Bahamasair 737-500s Banned From US

Filed Under: Industry News, Other Airlines

You’d think we’ve seen enough 737s grounded with the whole MAX situation, though this week three of Bahamasair’s four 737s were banned from operating their standard routes to US airports.

Bahamasair’s fleet

Bahamasair is a small airline based in Nassau, with a fleet of nine planes, including:

  • One 737-700
  • Three 737-500s
  • Three ATR-42s
  • Two ATR-72s

Why Bahamasair’s 737-500s are banned from the US

Historically Bahamasair’s 737s have operated most of their US flights, including to Fort Lauderdale, Miami, and Orlando, which are destinations to which they have multiple daily flights.

However, the three 737-500s are no longer allowed to fly to the airports they serve.

Why? Because back in 2010, the US Federal Aviation Administration set a deadline of January 1, 2020, for planes to be ADS-B compliant, and Bahamasair’s 737-500s don’t have that technology.

We’ll talk more about what that is in a moment, though you’d think that a decade would be plenty of notice for them to get this installed.

The chairman of the airline, Tommy Turnquest, claims that the company signed a contract in June 2019 for a supplier to deliver the three kits in September, October, and November of 2019. These kits cost $200,000 each, and the company had made a $200,000 down payment towards the $600,000 total.

He claims that the supplier reneged on their responsibilities, and won’t be able to install these kits before March 2020:

“The supplier indicated they are unable to provide the kits before March 2020 and that is not acceptable to us. Every effort will be made to recoup the money already paid.

This first came up in 2010 but very few aircraft took advantage because within ten years you’re not sure what your fleet would be. In 2018 efforts began to outfit these various aircraft. When Bahamasair purchased five ATRs back in 2016 navigational kits were not put in place but were accessed over the past two years.”

The company is now looking at a deal with a new supplier, which says they could provide the kits within three weeks, at the cost of $195,000 per plane.

What is ADS-B compliance?

In order for planes to fly into and out of most US-controlled airspace, they need ADS-B avionics. This is a new rule as of a few days ago.

ADS-B stands for “automatic dependent surveillance-broadcast,” and it’s a surveillance technology that determines a plane’s position via satellite navigation, and it periodically broadcasts it so that it can be tracked.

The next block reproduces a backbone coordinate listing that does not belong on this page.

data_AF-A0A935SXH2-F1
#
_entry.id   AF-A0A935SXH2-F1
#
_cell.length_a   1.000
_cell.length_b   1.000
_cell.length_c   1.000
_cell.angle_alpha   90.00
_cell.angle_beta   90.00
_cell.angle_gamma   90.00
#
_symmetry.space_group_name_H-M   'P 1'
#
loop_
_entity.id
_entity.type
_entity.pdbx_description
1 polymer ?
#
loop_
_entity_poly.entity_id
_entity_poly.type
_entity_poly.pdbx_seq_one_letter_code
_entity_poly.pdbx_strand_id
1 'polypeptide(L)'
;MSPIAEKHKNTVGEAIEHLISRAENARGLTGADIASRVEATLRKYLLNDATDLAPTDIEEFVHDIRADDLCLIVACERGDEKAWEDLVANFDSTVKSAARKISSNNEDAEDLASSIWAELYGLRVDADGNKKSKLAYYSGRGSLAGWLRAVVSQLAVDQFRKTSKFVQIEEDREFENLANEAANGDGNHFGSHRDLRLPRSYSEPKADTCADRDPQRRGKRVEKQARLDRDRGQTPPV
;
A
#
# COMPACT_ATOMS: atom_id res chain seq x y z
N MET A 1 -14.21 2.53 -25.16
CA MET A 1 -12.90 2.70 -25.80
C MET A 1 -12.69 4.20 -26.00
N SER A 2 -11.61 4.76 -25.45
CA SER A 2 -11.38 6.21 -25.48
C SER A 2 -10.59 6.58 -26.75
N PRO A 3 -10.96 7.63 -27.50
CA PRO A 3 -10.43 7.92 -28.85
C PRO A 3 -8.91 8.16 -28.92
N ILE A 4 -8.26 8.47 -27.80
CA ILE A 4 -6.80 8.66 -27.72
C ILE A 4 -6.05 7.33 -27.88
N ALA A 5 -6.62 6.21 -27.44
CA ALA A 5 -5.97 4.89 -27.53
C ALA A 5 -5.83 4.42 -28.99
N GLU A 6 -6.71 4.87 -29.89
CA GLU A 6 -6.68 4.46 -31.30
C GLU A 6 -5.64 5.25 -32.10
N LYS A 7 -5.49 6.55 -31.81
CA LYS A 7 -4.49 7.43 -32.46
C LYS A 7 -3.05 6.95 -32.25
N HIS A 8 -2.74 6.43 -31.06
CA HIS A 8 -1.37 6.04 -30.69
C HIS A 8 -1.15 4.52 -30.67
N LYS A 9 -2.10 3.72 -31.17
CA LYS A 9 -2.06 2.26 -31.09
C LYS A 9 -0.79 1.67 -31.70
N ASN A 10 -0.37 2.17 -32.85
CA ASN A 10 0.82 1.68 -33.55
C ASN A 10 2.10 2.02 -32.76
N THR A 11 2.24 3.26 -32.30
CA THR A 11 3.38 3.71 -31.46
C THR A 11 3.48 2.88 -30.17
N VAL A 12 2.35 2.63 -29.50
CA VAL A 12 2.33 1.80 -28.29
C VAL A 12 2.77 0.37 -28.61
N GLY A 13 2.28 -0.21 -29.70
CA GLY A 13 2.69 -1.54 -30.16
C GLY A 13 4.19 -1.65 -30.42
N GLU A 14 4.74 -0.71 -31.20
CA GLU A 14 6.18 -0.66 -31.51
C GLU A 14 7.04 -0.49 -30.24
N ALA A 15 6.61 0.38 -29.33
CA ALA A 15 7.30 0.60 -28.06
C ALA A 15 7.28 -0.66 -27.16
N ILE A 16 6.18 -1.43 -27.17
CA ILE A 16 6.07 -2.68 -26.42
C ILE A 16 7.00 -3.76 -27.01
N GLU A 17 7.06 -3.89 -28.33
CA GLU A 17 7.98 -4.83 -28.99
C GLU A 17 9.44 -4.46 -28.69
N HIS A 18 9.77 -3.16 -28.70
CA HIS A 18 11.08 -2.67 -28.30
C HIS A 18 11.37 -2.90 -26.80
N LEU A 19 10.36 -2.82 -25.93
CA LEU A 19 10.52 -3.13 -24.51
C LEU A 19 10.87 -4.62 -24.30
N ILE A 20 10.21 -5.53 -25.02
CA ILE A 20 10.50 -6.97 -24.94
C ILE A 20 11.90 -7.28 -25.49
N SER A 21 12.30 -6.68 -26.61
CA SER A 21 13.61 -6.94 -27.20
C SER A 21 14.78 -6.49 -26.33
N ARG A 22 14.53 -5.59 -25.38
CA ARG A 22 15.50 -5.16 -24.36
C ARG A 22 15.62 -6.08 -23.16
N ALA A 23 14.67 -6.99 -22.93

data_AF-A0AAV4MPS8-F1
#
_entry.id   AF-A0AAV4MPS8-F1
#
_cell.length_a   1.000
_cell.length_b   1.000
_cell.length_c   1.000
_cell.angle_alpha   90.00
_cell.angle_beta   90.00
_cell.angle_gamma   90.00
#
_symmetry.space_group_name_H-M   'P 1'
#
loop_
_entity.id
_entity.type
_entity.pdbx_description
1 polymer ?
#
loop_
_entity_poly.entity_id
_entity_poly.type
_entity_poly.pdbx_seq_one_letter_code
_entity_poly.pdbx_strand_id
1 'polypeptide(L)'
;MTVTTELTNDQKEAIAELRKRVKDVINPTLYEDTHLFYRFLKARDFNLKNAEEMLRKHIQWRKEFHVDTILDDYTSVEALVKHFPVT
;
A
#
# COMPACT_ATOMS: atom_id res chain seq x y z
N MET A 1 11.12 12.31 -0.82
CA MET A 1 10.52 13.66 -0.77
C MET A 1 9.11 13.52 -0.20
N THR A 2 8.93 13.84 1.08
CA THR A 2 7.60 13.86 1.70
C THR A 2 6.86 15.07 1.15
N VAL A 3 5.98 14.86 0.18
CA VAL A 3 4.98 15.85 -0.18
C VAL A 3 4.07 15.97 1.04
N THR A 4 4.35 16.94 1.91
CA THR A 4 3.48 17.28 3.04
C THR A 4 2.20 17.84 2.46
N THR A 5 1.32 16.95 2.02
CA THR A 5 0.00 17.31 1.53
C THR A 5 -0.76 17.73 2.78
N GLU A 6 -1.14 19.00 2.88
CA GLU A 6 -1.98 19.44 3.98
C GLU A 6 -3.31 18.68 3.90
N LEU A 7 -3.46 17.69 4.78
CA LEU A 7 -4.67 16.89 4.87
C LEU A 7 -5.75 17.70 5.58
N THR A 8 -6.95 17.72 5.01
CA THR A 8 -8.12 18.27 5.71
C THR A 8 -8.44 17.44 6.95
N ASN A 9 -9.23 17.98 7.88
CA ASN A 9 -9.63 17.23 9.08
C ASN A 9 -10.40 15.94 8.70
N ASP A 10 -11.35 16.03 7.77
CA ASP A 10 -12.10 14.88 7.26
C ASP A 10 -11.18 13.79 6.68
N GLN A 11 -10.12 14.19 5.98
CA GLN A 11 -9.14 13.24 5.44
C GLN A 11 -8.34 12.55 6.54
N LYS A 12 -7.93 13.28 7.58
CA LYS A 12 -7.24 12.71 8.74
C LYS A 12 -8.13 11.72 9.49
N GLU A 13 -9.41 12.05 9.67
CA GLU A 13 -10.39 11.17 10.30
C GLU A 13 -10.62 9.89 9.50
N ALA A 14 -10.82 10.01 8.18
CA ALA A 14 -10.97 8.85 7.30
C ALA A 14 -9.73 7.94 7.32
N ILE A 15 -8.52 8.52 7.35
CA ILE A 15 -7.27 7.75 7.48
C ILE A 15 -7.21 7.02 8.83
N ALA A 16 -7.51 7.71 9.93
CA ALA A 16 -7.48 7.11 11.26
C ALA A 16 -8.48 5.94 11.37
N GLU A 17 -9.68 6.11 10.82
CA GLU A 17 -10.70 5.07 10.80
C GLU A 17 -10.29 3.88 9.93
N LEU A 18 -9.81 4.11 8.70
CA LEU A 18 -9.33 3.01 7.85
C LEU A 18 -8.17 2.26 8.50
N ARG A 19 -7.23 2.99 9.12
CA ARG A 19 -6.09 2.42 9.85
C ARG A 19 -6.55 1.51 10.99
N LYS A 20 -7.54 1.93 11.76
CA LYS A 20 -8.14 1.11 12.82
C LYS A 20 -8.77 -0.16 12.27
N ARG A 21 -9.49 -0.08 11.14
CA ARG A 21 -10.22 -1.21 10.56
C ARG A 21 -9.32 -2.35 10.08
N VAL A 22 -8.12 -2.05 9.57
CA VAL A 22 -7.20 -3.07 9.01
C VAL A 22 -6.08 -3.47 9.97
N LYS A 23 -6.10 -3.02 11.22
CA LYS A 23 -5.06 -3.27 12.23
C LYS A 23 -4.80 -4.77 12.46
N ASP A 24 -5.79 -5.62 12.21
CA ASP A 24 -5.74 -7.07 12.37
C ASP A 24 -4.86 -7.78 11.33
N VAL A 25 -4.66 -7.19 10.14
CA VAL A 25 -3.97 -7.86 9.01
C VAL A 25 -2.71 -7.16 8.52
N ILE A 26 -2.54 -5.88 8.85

Obviously planes have operated perfectly safely up until now without this technology, though it’s no doubt a move in the right direction. The FAA gave a decade notice of this requirement, so it’s hard to feel sorry for any airline that waited until the last minute to get it installed.

Newer planes have this installed automatically, while older planes were supposed to get this installed after the fact. For what it’s worth, Bahamasair’s 737-500s are around 23-27 years old, and have been at the airline since 2012-2014. So they first operated with other airlines, and then never had the technology installed.

How has Bahamasair adjusted their schedule?

Interestingly Bahamasair hasn’t adjusted their schedule all that much:

  • Their one 737-700, with the registration code C6-BFX, is working overtime; the plane operated eight sectors per day to & from the US on both January 2 & January 3
  • The airline has been flying their turboprops to the US more to fill in for the 737-500s being banned from the US
  • As far as the 737-500s go:
    • One hasn’t operated any flights since January 1
    • One has operated flights from Nassau to George Town and Freeport
    • One has operated flights from Nassau to George Town, Freeport, and Providenciales

Bottom line

While it’s unfortunate that Bahamasair’s vendor wasn’t able to get the new technology installed in time, the airline really did wait till the last minute to do so. If you’re scheduled to fly Bahamsair in the next few weeks, don’t be surprised if there’s a last-minute schedule change or aircraft swap.